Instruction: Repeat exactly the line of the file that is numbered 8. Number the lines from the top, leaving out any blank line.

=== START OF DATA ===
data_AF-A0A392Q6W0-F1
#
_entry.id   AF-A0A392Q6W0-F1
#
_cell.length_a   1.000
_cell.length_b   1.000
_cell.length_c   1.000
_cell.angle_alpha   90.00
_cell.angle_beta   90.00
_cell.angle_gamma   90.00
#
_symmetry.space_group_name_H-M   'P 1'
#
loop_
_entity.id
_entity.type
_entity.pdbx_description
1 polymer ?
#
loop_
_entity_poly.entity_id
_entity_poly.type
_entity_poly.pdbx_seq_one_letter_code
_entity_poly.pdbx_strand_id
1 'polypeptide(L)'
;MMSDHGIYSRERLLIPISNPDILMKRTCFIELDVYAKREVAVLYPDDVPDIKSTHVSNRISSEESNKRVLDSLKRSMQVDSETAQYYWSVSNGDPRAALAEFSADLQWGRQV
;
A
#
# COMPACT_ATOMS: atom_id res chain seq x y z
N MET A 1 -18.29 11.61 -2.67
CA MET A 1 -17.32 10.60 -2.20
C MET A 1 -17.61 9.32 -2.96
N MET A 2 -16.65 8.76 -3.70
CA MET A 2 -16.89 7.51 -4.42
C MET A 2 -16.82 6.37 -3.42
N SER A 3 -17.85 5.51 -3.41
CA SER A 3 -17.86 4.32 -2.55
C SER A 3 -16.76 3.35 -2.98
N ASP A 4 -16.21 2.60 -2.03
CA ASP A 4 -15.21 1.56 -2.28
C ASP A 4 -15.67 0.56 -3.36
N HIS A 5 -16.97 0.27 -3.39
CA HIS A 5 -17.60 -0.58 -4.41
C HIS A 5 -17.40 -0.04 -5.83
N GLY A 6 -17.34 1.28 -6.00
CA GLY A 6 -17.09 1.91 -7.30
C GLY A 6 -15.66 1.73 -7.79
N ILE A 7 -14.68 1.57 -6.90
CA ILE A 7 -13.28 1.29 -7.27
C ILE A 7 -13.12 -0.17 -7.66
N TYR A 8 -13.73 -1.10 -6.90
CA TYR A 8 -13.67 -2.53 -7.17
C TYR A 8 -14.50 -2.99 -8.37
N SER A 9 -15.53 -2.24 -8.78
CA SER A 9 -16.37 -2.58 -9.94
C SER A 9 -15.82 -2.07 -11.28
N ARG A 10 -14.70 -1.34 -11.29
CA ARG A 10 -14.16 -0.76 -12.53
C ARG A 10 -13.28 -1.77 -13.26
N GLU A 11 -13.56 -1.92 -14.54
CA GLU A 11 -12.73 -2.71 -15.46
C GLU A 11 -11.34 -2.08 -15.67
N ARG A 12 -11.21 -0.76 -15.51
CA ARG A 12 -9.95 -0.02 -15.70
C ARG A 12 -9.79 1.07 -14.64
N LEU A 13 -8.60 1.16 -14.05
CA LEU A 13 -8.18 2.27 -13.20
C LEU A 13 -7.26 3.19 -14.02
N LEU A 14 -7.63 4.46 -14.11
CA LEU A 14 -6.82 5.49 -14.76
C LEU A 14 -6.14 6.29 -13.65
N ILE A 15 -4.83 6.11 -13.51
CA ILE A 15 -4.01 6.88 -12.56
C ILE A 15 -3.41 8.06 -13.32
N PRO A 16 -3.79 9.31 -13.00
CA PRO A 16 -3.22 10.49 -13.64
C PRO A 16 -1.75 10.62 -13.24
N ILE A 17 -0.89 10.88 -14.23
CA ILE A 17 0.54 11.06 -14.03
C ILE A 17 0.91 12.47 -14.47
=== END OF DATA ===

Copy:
_cell.angle_alpha   90.00